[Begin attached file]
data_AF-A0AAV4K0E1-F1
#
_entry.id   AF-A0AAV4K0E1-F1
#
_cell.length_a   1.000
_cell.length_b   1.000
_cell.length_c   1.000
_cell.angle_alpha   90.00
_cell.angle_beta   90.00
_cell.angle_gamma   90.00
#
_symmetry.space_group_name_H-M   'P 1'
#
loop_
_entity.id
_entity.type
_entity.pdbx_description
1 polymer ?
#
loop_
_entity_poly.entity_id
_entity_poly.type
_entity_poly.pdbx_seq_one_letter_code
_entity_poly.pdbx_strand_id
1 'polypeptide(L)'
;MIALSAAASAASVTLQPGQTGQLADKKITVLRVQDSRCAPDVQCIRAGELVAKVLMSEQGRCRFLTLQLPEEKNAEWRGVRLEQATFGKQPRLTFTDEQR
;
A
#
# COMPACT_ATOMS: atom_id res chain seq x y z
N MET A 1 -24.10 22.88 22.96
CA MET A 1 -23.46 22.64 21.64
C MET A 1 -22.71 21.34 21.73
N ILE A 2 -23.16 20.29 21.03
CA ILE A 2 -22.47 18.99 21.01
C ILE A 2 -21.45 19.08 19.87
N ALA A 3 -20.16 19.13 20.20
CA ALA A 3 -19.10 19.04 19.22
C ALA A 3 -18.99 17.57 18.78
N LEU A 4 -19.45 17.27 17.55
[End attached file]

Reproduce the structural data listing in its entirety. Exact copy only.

data_AF-A0AAV4K0E1-F1
#
_entry.id   AF-A0AAV4K0E1-F1
#
_cell.length_a   1.000
_cell.length_b   1.000
_cell.length_c   1.000
_cell.angle_alpha   90.00
_cell.angle_beta   90.00
_cell.angle_gamma   90.00
#
_symmetry.space_group_name_H-M   'P 1'
#
loop_
_entity.id
_entity.type
_entity.pdbx_description
1 polymer ?
#
loop_
_entity_poly.entity_id
_entity_poly.type
_entity_poly.pdbx_seq_one_letter_code
_entity_poly.pdbx_strand_id
1 'polypeptide(L)'
;MIALSAAASAASVTLQPGQTGQLADKKITVLRVQDSRCAPDVQCIRAGELVAKVLMSEQGRCRFLTLQLPEEKNAEWRGVRLEQATFGKQPRLTFTDEQR
;
A
#
# COMPACT_ATOMS: atom_id res chain seq x y z
N MET A 1 -24.10 22.88 22.96
CA MET A 1 -23.46 22.64 21.64
C MET A 1 -22.71 21.34 21.73
N ILE A 2 -23.16 20.29 21.03
CA ILE A 2 -22.47 18.99 21.01
C ILE A 2 -21.45 19.08 19.87
N ALA A 3 -20.16 19.13 20.20
CA ALA A 3 -19.10 19.04 19.22
C ALA A 3 -18.99 17.57 18.78
N LEU A 4 -19.45 17.27 17.55